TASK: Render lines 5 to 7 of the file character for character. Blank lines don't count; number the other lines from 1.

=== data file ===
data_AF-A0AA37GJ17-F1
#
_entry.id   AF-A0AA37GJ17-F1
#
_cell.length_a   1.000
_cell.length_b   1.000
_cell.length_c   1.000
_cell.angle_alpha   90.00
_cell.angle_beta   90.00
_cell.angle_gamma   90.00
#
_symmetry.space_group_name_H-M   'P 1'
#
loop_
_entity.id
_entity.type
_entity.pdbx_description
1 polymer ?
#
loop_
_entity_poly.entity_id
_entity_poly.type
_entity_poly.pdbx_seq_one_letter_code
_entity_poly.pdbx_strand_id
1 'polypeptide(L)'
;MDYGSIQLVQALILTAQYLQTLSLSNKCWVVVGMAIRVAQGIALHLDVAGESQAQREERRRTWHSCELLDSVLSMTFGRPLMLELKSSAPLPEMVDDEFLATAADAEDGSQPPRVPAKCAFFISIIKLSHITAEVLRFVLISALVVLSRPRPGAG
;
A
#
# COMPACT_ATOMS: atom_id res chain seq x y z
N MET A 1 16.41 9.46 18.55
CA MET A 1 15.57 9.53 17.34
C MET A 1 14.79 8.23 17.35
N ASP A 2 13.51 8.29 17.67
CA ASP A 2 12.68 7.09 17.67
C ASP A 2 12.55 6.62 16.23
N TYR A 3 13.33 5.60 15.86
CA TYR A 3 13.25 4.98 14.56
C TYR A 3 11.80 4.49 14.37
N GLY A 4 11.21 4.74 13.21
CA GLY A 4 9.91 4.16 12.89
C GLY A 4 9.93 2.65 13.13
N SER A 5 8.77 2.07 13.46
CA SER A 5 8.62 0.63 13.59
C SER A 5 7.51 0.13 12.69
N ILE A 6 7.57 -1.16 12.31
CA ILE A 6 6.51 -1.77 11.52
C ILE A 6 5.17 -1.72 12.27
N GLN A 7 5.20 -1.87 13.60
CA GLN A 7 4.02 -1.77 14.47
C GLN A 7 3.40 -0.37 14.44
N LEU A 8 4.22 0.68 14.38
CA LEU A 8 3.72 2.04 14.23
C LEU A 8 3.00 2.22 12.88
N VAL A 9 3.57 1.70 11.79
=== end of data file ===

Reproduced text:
_cell.length_a   1.000
_cell.length_b   1.000
_cell.length_c   1.000